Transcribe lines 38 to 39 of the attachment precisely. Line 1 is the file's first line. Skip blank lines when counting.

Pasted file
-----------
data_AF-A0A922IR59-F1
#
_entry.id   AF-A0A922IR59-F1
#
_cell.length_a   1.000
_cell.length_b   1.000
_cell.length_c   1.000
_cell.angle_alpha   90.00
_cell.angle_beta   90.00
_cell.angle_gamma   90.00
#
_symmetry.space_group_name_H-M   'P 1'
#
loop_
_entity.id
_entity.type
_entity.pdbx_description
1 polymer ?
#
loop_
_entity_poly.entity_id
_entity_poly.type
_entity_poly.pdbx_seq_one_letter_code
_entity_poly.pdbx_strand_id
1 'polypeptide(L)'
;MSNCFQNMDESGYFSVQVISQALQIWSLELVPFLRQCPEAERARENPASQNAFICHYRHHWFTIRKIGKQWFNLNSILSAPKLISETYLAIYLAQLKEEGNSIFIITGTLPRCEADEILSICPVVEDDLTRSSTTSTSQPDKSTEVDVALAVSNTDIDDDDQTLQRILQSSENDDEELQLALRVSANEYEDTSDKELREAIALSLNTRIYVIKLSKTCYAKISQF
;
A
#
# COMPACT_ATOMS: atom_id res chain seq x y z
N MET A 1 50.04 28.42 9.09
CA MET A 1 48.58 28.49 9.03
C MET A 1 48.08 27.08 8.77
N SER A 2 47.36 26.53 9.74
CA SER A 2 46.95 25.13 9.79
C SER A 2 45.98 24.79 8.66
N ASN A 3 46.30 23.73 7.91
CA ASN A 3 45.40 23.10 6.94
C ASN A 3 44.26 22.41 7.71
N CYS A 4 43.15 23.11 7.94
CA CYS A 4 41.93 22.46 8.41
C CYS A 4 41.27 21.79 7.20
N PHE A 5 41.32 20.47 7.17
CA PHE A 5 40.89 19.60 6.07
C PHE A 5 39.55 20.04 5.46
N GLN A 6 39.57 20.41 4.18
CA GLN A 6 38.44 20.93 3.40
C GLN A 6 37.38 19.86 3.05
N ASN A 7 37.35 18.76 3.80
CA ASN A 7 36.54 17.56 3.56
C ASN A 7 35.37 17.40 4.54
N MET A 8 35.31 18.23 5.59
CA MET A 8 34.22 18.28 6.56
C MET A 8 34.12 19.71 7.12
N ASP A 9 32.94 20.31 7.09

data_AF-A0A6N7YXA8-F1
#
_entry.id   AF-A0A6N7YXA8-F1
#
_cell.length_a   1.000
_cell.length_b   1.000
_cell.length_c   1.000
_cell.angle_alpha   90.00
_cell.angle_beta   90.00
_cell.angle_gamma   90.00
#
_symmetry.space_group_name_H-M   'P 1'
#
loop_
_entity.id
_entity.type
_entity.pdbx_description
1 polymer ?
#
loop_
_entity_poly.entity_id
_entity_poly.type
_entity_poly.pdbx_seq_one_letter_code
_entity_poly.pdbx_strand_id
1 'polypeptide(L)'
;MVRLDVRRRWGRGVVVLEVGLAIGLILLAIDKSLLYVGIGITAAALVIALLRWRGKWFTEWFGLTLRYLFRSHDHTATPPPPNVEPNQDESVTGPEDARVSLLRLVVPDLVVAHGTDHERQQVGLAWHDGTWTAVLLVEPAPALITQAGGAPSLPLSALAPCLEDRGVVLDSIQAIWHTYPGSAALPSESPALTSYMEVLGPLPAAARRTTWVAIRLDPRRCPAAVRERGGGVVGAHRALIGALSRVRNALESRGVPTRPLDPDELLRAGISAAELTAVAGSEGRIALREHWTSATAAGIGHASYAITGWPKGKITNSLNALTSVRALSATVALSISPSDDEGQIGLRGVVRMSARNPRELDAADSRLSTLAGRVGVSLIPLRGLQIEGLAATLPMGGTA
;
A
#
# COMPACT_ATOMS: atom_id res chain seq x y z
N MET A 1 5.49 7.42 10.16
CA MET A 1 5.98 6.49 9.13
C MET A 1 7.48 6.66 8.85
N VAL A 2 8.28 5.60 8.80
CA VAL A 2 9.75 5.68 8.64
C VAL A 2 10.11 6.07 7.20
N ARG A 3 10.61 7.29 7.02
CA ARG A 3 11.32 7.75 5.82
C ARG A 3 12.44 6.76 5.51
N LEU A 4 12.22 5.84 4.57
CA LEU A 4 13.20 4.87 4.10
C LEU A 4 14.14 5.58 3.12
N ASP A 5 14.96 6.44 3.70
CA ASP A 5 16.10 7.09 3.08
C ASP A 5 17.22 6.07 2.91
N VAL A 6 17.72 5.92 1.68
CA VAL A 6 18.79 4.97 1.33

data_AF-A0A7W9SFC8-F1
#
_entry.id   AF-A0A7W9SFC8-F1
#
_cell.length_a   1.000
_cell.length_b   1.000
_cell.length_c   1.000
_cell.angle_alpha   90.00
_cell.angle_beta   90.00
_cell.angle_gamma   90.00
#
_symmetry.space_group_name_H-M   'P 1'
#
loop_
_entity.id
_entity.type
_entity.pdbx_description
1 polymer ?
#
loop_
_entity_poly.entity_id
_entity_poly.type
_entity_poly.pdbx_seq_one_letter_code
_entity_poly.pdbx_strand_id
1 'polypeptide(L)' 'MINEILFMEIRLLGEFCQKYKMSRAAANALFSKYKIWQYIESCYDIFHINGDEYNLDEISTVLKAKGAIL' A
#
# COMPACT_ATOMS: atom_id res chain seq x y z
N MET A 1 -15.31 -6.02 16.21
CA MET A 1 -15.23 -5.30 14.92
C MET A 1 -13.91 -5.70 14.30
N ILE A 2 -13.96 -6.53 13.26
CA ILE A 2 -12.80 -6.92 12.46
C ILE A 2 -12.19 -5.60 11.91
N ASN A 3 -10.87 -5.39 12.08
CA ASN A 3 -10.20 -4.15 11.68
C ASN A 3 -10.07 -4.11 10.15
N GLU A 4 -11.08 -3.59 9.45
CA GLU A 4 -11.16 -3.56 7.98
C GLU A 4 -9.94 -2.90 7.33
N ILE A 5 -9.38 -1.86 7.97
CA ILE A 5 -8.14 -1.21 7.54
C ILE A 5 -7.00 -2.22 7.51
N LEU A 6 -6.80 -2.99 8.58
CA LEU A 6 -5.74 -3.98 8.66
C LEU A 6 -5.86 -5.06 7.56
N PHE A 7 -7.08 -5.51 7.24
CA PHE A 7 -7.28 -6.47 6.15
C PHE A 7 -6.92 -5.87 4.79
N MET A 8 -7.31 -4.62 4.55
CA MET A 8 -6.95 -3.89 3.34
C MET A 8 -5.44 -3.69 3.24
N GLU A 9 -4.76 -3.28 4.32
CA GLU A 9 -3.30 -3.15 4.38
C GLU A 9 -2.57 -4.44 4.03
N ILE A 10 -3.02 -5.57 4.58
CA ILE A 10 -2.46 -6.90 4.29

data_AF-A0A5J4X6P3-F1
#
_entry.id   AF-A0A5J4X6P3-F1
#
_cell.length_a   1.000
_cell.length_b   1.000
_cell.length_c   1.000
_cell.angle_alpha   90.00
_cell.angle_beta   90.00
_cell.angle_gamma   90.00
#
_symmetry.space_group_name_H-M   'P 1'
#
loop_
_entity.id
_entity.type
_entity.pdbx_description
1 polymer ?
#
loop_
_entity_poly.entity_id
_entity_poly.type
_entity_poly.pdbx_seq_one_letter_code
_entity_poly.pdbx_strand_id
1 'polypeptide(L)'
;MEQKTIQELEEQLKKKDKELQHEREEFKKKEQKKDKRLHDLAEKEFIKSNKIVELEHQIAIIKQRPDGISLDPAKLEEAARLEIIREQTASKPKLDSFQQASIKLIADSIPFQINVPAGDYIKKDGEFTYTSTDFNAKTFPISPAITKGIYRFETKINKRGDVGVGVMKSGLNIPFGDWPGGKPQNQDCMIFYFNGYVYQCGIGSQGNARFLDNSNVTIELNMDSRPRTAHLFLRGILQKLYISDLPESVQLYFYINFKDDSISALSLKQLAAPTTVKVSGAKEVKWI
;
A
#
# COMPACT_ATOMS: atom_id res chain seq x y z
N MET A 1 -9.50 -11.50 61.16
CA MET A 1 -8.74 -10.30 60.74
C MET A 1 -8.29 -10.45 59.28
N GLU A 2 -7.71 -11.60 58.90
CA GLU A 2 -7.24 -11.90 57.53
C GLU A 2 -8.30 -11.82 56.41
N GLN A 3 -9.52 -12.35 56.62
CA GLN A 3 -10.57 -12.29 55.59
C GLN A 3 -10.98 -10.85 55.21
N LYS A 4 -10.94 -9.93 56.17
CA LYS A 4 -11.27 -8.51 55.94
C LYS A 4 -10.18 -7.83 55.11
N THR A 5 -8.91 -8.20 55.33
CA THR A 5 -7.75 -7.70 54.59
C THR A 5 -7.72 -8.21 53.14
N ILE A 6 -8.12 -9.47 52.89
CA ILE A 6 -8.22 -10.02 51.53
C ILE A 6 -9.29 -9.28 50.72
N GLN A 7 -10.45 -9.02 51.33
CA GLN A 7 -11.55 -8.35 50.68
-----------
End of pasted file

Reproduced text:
CA ASN A 3 45.40 23.10 6.94
C ASN A 3 44.26 22.41 7.71